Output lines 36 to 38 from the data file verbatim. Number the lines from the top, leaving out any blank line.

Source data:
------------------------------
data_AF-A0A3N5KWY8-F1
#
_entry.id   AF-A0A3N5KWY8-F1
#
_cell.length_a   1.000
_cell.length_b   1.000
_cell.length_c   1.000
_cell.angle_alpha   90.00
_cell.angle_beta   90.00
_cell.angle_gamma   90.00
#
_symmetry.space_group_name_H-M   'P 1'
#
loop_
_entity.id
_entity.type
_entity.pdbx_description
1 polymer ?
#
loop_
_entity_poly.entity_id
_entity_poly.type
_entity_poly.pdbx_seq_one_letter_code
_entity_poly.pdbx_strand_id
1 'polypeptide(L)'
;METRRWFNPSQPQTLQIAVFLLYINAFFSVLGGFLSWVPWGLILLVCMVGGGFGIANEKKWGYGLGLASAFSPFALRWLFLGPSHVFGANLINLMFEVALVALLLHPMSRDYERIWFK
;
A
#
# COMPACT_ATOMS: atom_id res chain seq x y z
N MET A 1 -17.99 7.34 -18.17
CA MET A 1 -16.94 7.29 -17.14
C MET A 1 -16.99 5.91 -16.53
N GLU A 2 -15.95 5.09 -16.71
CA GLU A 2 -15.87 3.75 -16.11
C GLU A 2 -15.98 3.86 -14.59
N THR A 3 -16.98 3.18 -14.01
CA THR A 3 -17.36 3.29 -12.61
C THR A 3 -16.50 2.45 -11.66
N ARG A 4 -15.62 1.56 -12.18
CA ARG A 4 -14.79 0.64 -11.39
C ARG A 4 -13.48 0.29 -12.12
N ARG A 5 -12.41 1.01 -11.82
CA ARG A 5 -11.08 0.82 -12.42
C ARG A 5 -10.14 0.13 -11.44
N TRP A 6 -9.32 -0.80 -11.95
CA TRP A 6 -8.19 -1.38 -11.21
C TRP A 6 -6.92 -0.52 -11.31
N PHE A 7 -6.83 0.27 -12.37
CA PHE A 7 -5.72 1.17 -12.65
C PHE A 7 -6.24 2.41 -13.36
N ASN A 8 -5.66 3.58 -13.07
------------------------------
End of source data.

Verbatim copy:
C GLU A 2 -15.98 3.86 -14.59
N THR A 3 -16.98 3.18 -14.01
CA THR A 3 -17.36 3.29 -12.61